This file will then be added to the ‘ignore’ list, and will not be accidentally committed back to the repository when you perform an ‘SVN Commit.’

4. Reverse Merge

Subversion remembers every change that’s made to its files and directories; a potential life-saver if you introduce a code-breaking feature in revision 12, and need to revert to a revision before it all went wrong. Recovering previous revisions in Subversion, is simply a matter of performing a reverse merge i.e merging the changes in your current revision, to an earlier revision. To perform a reverse merge with TortoiseSVN:

1) Select ‘Merge’ from the TortoiseSVN menu.
2) Select the ‘Merge a range of revisions’ option.
3) Select the revision you wish to revert to. Ensure the ‘Reverse merge’ option is selected.

4) The following dialog will present you with a number of options for merging – in most instances the default settings can be used. Click ‘Merge’ and Subversion will roll back to revision 11. Note, that the reverse merge only affects your working copy, so you must perform an ‘SVN Commit’ to commit your changes back to the repository.

5. Revert Command

Less drastic than a reverse merge, the revert command overwrites any local changes made to the working copy, with the code held in the repository, including any property changes and any scheduling operations that may have been set on the working copy. However, this command should be used with care: the revert command replaces all the changes made since your last commit, and once they are gone there is no way to recover them.

Need more help with your Apache Subversion installation? Every Monday, we’ll be publishing a new Tip of the Week at our blog, so keep checking back every week for all the latest tips!

Making Your Version Control Solution Agile

Maintaining a successful version control system is an important part of an agile project: version control allows you to easily roll back to a previous revision rather than manually unpicking changes; makes it easy to share your latest changes across distributed teams, and provides you with a quick and convenient sandbox in the form of a branch. These are just some of the benefits of version control, but there are some measures you can take to get even more out of your system. In this post, we share five tips for making your version control solution agile.

1) Set some guidelines

Maintaining a version control system can be a complex task, so implementing some guidelines – and making sure your whole team sticks to them! – can save you from unnecessary admin work later on.

  • Plan your layout – implementing a logical project layout from the very beginning can save you time and energy at a later date. Some version control systems, such as Apache Subversion, don’t impose a particular project structure, so it’s even more important to plan your layout in advance.
  • Be consistent with your file/folder names – a logical naming convention will make it easy to locate particular items.
  • Make your guidelines easily accessible – any conventions should be explained in a coding conventions file, which must be accessible to all members of your team. Consider placing these coding conventions under version control alongside the rest of your project, so they are always to hand.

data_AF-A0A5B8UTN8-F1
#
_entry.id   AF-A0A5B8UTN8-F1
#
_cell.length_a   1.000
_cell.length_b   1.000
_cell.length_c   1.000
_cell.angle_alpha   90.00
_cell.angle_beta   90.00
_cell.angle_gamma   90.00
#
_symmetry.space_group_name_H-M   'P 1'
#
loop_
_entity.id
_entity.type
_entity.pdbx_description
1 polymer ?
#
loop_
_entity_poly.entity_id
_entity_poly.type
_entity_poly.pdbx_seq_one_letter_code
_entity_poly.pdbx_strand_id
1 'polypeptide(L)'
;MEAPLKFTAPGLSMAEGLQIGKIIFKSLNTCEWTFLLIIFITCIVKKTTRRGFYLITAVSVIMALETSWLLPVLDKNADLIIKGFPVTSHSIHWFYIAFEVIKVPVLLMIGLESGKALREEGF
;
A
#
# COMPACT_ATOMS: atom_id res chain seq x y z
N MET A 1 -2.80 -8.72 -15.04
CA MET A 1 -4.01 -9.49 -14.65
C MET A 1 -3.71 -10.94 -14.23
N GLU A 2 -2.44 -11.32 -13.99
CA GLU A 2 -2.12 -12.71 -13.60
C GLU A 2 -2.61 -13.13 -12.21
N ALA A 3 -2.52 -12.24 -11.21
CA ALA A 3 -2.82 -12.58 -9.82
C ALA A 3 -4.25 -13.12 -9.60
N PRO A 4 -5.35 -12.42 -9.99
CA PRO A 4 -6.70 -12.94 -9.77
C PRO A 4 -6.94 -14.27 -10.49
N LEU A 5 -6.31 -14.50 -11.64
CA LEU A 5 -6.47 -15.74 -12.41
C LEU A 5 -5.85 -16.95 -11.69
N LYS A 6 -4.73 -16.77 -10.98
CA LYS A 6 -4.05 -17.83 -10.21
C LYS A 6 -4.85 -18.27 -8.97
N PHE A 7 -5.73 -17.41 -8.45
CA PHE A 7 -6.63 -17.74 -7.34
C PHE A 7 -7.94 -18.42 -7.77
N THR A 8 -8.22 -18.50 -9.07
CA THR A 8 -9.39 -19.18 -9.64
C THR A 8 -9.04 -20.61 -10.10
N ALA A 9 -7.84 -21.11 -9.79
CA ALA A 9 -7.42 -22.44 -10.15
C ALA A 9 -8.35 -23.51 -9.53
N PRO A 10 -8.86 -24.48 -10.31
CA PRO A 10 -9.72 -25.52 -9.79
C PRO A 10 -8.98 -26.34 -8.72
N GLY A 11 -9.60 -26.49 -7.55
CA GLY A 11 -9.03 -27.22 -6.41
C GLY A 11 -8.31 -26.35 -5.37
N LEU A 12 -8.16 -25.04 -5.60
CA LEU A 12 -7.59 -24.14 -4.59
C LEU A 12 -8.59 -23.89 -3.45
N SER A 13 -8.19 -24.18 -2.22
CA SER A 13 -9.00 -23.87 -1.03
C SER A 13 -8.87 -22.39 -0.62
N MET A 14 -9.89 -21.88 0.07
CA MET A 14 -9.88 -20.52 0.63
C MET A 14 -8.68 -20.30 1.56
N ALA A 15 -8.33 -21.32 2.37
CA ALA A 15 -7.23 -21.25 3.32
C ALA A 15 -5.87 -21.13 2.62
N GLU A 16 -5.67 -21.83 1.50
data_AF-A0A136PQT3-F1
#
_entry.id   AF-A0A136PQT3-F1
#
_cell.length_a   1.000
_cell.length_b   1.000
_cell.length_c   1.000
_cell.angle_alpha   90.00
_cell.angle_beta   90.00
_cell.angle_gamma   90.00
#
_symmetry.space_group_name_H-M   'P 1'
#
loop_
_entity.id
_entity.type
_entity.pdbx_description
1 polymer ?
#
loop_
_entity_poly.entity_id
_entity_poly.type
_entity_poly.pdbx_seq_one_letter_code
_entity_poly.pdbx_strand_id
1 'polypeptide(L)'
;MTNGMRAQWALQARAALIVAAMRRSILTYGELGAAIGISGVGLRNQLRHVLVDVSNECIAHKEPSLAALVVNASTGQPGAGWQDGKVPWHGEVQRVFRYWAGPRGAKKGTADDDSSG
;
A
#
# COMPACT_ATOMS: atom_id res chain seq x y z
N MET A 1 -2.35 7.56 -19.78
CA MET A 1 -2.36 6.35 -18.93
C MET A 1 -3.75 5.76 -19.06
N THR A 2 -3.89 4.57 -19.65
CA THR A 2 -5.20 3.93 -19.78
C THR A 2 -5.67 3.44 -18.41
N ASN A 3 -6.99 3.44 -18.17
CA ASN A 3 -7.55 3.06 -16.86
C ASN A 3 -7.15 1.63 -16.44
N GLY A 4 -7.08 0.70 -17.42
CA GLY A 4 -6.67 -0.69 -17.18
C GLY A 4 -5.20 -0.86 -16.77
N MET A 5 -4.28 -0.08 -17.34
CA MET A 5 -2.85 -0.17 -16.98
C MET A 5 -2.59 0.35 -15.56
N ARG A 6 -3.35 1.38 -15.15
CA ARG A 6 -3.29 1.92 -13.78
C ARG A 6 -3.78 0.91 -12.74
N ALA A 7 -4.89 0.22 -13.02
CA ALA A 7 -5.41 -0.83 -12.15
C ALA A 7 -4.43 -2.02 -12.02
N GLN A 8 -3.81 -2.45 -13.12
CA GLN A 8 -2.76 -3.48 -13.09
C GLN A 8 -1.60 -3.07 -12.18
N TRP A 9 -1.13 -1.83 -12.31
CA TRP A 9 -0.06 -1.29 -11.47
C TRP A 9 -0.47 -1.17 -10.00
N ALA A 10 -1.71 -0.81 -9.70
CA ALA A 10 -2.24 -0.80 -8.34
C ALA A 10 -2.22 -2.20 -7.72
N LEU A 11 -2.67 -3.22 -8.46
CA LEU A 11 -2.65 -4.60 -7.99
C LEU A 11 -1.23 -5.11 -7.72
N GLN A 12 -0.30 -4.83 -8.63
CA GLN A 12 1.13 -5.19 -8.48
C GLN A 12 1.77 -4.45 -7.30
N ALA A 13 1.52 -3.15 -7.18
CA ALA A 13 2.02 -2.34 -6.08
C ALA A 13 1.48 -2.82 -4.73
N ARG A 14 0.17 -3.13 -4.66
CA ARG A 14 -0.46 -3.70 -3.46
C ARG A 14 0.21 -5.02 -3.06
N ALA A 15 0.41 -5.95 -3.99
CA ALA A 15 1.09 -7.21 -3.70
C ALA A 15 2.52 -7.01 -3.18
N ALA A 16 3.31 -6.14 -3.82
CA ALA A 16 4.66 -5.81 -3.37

2) Your code should always compile

In an agile project your code should always compile, which is where version control’s branching and merging functionality comes in handy. Any experimental development or new features should be confined to separate branches, and they should only be brought into the trunk when they’ve been tested to check they won’t break the build. This will ensure that the code in the trunk is always stable, and always compiles.

3) Place your whole project under version control

Version control isn’t just for source code management; you should place all files and folders related to your project under version control. Not only will this make it easier to locate files by keeping everything related to your project in one place, but version control’s ability to roll back to previous revisions is useless if you cannot then use that previous revision, or if you need to spend hours re-instating a list of related tools. Documentation, tools and libraries are all worth placing under version control, alongside your code.

4) Use Branches Wisely

Branches work best when they’re short lived. Being able to create a branch and customize the code to fit a particular customer’s requirements is one of the benefits of version control, but beware of maintaining this branch indefinitely alongside your main development line – multiple codebases can be costly and time-consuming to maintain.

5) Consider Enterprise Version Control Solutions

Our Subversion MultiSite solution combines open source Apache Subversion version control technology with value-added functionality designed to help teams stay agile, including:

  • No single point of failure
  • Automated failover
  • Built-in continuous hot backup and automated recovery
  • Continuous build integration
  • ….and more.

Want to learn more about Subversion MultiSite? On June 6th, 2012 WANdisco will hold a free webinar looking at the findings of an independent Forrester TEI study of a Fortune 500 company that implemented Subversion MultiSite. Visit the ‘Forrester Research on Optimizing Global Distributed Software Development Using Subversion’ page now to register.